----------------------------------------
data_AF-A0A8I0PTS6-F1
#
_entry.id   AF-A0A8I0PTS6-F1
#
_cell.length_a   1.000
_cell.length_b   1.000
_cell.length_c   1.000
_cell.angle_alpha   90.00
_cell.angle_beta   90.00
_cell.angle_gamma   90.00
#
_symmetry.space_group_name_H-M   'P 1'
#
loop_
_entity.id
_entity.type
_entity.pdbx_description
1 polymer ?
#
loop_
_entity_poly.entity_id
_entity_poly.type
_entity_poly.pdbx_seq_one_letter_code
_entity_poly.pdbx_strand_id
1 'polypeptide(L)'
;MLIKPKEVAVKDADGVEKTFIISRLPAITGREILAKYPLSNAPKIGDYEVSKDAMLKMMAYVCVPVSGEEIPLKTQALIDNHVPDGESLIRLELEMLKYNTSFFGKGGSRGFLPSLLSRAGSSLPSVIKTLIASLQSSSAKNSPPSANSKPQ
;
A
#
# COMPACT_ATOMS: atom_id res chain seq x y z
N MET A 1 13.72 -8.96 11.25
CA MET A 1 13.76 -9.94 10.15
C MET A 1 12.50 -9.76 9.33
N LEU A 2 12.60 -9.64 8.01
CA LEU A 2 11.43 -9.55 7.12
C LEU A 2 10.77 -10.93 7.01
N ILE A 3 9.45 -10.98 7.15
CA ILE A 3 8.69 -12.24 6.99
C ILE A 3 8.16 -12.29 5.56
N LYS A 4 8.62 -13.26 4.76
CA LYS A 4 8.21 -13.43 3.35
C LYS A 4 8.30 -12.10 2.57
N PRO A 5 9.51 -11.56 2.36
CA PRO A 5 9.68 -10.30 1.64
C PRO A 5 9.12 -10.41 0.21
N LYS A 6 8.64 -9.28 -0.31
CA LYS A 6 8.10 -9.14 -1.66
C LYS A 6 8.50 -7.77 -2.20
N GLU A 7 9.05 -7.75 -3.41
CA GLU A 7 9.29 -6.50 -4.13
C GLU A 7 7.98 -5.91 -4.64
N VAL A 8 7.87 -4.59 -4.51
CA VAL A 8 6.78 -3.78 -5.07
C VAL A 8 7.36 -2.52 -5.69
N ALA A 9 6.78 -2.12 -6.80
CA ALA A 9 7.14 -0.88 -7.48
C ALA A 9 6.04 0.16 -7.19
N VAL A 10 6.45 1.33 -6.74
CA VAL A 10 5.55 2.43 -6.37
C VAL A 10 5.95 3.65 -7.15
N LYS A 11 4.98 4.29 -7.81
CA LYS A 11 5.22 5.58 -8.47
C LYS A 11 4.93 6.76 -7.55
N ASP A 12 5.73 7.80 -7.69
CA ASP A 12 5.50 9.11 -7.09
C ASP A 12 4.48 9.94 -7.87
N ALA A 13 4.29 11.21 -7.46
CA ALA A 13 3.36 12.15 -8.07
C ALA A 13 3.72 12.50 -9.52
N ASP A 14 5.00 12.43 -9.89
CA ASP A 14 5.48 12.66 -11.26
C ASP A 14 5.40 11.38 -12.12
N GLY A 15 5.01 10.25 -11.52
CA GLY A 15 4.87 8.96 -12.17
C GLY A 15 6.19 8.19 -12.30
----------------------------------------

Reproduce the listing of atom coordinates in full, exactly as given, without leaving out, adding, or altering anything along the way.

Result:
data_AF-A0A8I0PTS6-F1
#
_entry.id   AF-A0A8I0PTS6-F1
#
_cell.length_a   1.000
_cell.length_b   1.000
_cell.length_c   1.000
_cell.angle_alpha   90.00
_cell.angle_beta   90.00
_cell.angle_gamma   90.00
#
_symmetry.space_group_name_H-M   'P 1'
#
loop_
_entity.id
_entity.type
_entity.pdbx_description
1 polymer ?
#
loop_
_entity_poly.entity_id
_entity_poly.type
_entity_poly.pdbx_seq_one_letter_code
_entity_poly.pdbx_strand_id
1 'polypeptide(L)'
;MLIKPKEVAVKDADGVEKTFIISRLPAITGREILAKYPLSNAPKIGDYEVSKDAMLKMMAYVCVPVSGEEIPLKTQALIDNHVPDGESLIRLELEMLKYNTSFFGKGGSRGFLPSLLSRAGSSLPSVIKTLIASLQSSSAKNSPPSANSKPQ
;
A
#
# COMPACT_ATOMS: atom_id res chain seq x y z
N MET A 1 13.72 -8.96 11.25
CA MET A 1 13.76 -9.94 10.15
C MET A 1 12.50 -9.76 9.33
N LEU A 2 12.60 -9.64 8.01
CA LEU A 2 11.43 -9.55 7.12
C LEU A 2 10.77 -10.93 7.01
N ILE A 3 9.45 -10.98 7.15
CA ILE A 3 8.69 -12.24 6.99
C ILE A 3 8.16 -12.29 5.56
N LYS A 4 8.62 -13.26 4.76
CA LYS A 4 8.21 -13.43 3.35
C LYS A 4 8.30 -12.10 2.57
N PRO A 5 9.51 -11.56 2.36
CA PRO A 5 9.68 -10.30 1.64
C PRO A 5 9.12 -10.41 0.21
N LYS A 6 8.64 -9.28 -0.31
CA LYS A 6 8.10 -9.14 -1.66
C LYS A 6 8.50 -7.77 -2.20
N GLU A 7 9.05 -7.75 -3.41
CA GLU A 7 9.29 -6.50 -4.13
C GLU A 7 7.98 -5.91 -4.64
N VAL A 8 7.87 -4.59 -4.51
CA VAL A 8 6.78 -3.78 -5.07
C VAL A 8 7.36 -2.52 -5.69
N ALA A 9 6.78 -2.12 -6.80
CA ALA A 9 7.14 -0.88 -7.48
C ALA A 9 6.04 0.16 -7.19
N VAL A 10 6.45 1.33 -6.74
CA VAL A 10 5.55 2.43 -6.37
C VAL A 10 5.95 3.65 -7.15
N LYS A 11 4.98 4.29 -7.81
CA LYS A 11 5.22 5.58 -8.47
C LYS A 11 4.93 6.76 -7.55
N ASP A 12 5.73 7.80 -7.69
CA ASP A 12 5.50 9.11 -7.09
C ASP A 12 4.48 9.94 -7.87
N ALA A 13 4.29 11.21 -7.46
CA ALA A 13 3.36 12.15 -8.07
C ALA A 13 3.72 12.50 -9.52
N ASP A 14 5.00 12.43 -9.89
CA ASP A 14 5.48 12.66 -11.26
C ASP A 14 5.40 11.38 -12.12
N GLY A 15 5.01 10.25 -11.52
CA GLY A 15 4.87 8.96 -12.17
C GLY A 15 6.19 8.19 -12.30